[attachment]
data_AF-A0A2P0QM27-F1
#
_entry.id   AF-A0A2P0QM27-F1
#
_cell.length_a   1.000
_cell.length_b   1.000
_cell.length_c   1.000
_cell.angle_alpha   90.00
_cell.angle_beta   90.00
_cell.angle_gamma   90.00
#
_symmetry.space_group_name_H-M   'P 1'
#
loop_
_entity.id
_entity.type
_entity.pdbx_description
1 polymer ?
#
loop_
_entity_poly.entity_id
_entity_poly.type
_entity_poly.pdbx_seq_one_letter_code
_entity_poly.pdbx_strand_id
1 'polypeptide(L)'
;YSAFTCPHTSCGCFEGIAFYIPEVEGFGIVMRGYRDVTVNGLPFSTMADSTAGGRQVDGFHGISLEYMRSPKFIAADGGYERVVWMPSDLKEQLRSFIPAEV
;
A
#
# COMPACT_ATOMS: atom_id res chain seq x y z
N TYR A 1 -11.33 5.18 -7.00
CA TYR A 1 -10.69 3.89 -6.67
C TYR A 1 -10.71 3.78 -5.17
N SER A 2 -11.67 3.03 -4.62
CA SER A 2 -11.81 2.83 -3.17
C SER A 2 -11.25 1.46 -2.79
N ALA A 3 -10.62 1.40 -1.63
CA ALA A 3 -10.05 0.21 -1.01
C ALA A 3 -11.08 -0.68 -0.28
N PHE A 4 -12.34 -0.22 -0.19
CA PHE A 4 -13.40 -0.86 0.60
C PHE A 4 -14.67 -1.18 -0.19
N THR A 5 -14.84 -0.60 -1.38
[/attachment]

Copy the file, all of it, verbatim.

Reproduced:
data_AF-A0A2P0QM27-F1
#
_entry.id   AF-A0A2P0QM27-F1
#
_cell.length_a   1.000
_cell.length_b   1.000
_cell.length_c   1.000
_cell.angle_alpha   90.00
_cell.angle_beta   90.00
_cell.angle_gamma   90.00
#
_symmetry.space_group_name_H-M   'P 1'
#
loop_
_entity.id
_entity.type
_entity.pdbx_description
1 polymer ?
#
loop_
_entity_poly.entity_id
_entity_poly.type
_entity_poly.pdbx_seq_one_letter_code
_entity_poly.pdbx_strand_id
1 'polypeptide(L)'
;YSAFTCPHTSCGCFEGIAFYIPEVEGFGIVMRGYRDVTVNGLPFSTMADSTAGGRQVDGFHGISLEYMRSPKFIAADGGYERVVWMPSDLKEQLRSFIPAEV
;
A
#
# COMPACT_ATOMS: atom_id res chain seq x y z
N TYR A 1 -11.33 5.18 -7.00
CA TYR A 1 -10.69 3.89 -6.67
C TYR A 1 -10.71 3.78 -5.17
N SER A 2 -11.67 3.03 -4.62
CA SER A 2 -11.81 2.83 -3.17
C SER A 2 -11.25 1.46 -2.79
N ALA A 3 -10.62 1.40 -1.63
CA ALA A 3 -10.05 0.21 -1.01
C ALA A 3 -11.08 -0.68 -0.28
N PHE A 4 -12.34 -0.22 -0.19
CA PHE A 4 -13.40 -0.86 0.60
C PHE A 4 -14.67 -1.18 -0.19
N THR A 5 -14.84 -0.60 -1.38